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The Sorcerer’s Apprentice

Lacking Magic

Rating: 2 out of 5 stars.

The Sorcerer’s Apprentice, über-producer Jerry Bruckheimer’s second try this summer to grab summer blockbuster dollars is, like almost every film this summer (with the lone exception of Toy Story 3 ), lackluster, unoriginal, and uninspired. It’s a generic, loud, exhausting mash-up of overly familiar elements — some haphazardly borrowed from the Harry Potter franchise — with the best or, from the evidence, second-best visual effects Disney’s money can buy.

The Sorcerer’s Apprentice has not one, but two prologues. The first prologue sets up the centuries-long conflict between three sorcerers, Balthazar Blake (Nicolas Cage) and Veronica (Monica Bellucci) on one side, and Maxim Horvath (Alfred Molina) on the other. Along with Balthazar and Veronica, Maxim apprenticed with Merlin (James A. Stephens), King Arthur’s chief sorcerer. Spurned by Veronica (she chose Balthazar), Maxim allies himself with Morgana (Alice Krige), an evil sorceress and Merlin’s enemy.

Twelve centuries and change later, Dave Stutler (Jake Cherry) wanders into a New York City magic shop, Arcana Cabana, where he encounters Balthazar and accidentally frees Maxim. Balthazar manages to hold Maxim prisoner for ten years in an urn. When he escapes, he pursues Dave (Jay Baruchel), now a physics student at NYU, hoping to retrieve a nesting doll that holds several powerful Morganians and Morgana herself. Luckily, Balthazar finds him first and begins training him for the eventual apocalyptic battle between the forces of good and the forces of evil.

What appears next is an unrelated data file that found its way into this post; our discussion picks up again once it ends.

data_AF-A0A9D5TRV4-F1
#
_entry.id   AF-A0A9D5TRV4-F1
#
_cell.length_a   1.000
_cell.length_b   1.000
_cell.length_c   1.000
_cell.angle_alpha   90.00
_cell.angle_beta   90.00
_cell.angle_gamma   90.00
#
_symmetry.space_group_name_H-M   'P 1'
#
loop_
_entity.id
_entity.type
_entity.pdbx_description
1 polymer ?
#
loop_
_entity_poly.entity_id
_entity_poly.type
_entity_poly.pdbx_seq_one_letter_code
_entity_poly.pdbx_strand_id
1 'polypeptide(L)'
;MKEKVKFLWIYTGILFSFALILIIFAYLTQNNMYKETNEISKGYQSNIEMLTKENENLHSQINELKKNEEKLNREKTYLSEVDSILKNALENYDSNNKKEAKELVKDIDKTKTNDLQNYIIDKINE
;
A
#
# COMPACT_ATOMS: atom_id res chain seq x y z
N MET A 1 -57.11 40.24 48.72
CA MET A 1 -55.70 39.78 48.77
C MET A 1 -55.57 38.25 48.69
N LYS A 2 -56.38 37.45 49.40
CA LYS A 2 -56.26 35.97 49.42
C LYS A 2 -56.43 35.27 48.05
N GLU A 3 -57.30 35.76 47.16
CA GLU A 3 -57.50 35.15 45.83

The apocalyptic storyline is partly counterbalanced by Dave’s awkward attempts to romance an old acquaintance, Becky (Teresa Palmer). It’s a by-the-numbers subplot that offers zero surprises. It’s meant to parallel Balthazar’s great love for the absent Veronica, but comes off more as a chaste infatuation than a serious romance. For the remainder of the film, we get several, semi-impressively staged, ultra-expensive, effects-heavy sorcerer battles — none, thankfully, with any wands; just a lot of hand motions, deeply furrowed brows, and multi-colored light shows.

Given the overly familiar storyline concocted by five credited writers (and who knows how many uncredited writers), we should expect more from The Sorcerer’s Apprentice, but director Jon Turteltaub (National Treasure, Instinct, While You Were Sleeping) doesn’t deliver.

Nicholas Cage as Balthazar and Alfred Molina — both old pros — don’t bring any energy or enthusiasm to their scenes. Jay Baruchel gives a one-note performance as the awkward, sexually naïve twenty-something, a character type already perfected by Michael Cera and Jesse Eisenberg who were obviously working on other projects.